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Operations Management Jobs and MBA Programs in South Carolina
Those thinking about careers as operations managers can find educational and employment prospects in South Carolina. For operations managers in South Carolina, the job pool is currently 25,870 and climbing. A projected rise of four percent in employment opportunities will make the figure 29,070 jobs by 2016. This is above a steady national projection. In general, operations managers create and execute project work plans and revise to meet changing needs and identify resources needed to complete project.
In South Carolina, the income for operations managers is $44 per hour or $92,000 per year. In the U.S. as a whole, their income is $52 hourly or $107,000 per year on average.
Nicknamed the Palmetto State, South Carolina has a population of 4,561,242, which has grown by 13.7 percent in the last 10 years. The capital is Columbia. There were a total of 2,579,280 jobs in 2008 and people in South Carolina earned more than the previous year as the average annual income was $32,495, up from $31,925. The unemployment rate in South Carolina was 11.7 percent in 2009, which has grown by 4.8 percentage points since the previous year. Roughly 20.4 percent of South Carolina residents have college degrees, which is lower than the national average.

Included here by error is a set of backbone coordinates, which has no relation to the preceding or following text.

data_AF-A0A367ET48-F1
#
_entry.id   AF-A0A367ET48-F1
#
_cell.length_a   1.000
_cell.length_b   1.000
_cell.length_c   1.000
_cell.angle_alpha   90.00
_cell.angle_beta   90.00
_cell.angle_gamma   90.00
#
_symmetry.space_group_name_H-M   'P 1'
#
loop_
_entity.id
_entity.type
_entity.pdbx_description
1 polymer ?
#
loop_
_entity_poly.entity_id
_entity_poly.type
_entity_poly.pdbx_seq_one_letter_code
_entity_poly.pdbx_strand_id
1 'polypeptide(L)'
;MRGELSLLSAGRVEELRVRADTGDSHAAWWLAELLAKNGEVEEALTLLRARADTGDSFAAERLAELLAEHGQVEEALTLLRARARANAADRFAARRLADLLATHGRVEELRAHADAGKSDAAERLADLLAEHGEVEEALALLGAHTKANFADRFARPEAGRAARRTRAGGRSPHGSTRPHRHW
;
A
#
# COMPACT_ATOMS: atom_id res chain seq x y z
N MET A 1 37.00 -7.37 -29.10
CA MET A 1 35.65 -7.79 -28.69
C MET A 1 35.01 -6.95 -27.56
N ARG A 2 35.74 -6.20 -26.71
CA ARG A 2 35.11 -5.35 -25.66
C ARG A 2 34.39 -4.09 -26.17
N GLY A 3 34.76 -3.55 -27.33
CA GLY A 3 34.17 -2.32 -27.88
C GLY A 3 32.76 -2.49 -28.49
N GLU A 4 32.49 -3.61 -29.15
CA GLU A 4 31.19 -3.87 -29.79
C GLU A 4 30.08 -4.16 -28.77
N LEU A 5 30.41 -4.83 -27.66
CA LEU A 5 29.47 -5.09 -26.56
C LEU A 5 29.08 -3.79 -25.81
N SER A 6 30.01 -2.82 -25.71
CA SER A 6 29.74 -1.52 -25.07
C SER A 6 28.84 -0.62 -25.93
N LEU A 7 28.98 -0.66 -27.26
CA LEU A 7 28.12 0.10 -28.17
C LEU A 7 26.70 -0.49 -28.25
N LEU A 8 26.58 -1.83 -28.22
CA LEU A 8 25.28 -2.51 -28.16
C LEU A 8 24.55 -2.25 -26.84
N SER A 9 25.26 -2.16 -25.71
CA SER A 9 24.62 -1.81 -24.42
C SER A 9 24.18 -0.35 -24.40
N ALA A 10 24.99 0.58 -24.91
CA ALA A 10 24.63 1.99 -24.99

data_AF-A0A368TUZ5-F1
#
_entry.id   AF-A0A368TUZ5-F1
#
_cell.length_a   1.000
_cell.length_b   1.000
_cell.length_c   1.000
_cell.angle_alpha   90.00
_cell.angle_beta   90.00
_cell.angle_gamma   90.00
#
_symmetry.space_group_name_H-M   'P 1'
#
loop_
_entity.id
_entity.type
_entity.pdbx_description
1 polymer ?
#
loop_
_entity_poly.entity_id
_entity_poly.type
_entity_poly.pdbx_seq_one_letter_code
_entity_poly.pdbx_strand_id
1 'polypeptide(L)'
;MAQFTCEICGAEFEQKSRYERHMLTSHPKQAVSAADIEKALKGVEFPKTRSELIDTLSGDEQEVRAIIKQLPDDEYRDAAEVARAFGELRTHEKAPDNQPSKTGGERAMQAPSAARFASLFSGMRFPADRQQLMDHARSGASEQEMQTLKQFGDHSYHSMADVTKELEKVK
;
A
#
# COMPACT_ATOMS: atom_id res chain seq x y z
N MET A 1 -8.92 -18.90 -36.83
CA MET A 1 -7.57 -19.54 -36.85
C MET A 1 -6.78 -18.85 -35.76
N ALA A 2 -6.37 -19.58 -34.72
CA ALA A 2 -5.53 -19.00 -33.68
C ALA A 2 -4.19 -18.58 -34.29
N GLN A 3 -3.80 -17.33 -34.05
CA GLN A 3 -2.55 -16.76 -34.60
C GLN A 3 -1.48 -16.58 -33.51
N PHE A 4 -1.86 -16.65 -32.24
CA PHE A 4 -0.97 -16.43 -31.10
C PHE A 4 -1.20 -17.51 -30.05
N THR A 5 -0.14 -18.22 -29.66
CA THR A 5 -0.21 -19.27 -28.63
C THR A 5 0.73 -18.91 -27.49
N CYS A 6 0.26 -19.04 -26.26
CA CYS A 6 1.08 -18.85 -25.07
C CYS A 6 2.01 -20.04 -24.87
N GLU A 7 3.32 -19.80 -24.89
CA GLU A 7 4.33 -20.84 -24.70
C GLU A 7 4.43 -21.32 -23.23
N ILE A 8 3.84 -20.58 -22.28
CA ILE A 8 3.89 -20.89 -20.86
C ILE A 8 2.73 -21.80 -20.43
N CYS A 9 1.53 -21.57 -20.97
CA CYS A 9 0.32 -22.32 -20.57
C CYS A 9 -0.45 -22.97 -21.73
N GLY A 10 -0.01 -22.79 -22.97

In South Carolina, the top employers are in power transmission equipment manufacturing, textile mills, plastics products manufacturing and fabric mills.
One of the many things South Carolina is known for, South Carolina's smallest county is McCormick at 360 square miles while the largest county is Horry at 1,134 square miles. South Carolina has many unique characteristics, but one fun fact in particular is Campbell's Covered Bridge built in 1909, is the only remaining covered bridge in South Carolina.
Operations managers create and execute project work plans and revise to meet changing needs and identify resources needed to complete project.
While working, they oversee the movement of goods into and out of production facilities and decide on staffing requirements and interview hire and train new employees.
They are required to respond to the actions of other and coordinate activities with them. Also, they must listen well to others and take in their information and issues.
Operations managers should be able to listen to and understand others in meetings and articulate ideas and problems.
In order to be successful in the workplace, operations managers must be reliable and be able to take change and lead.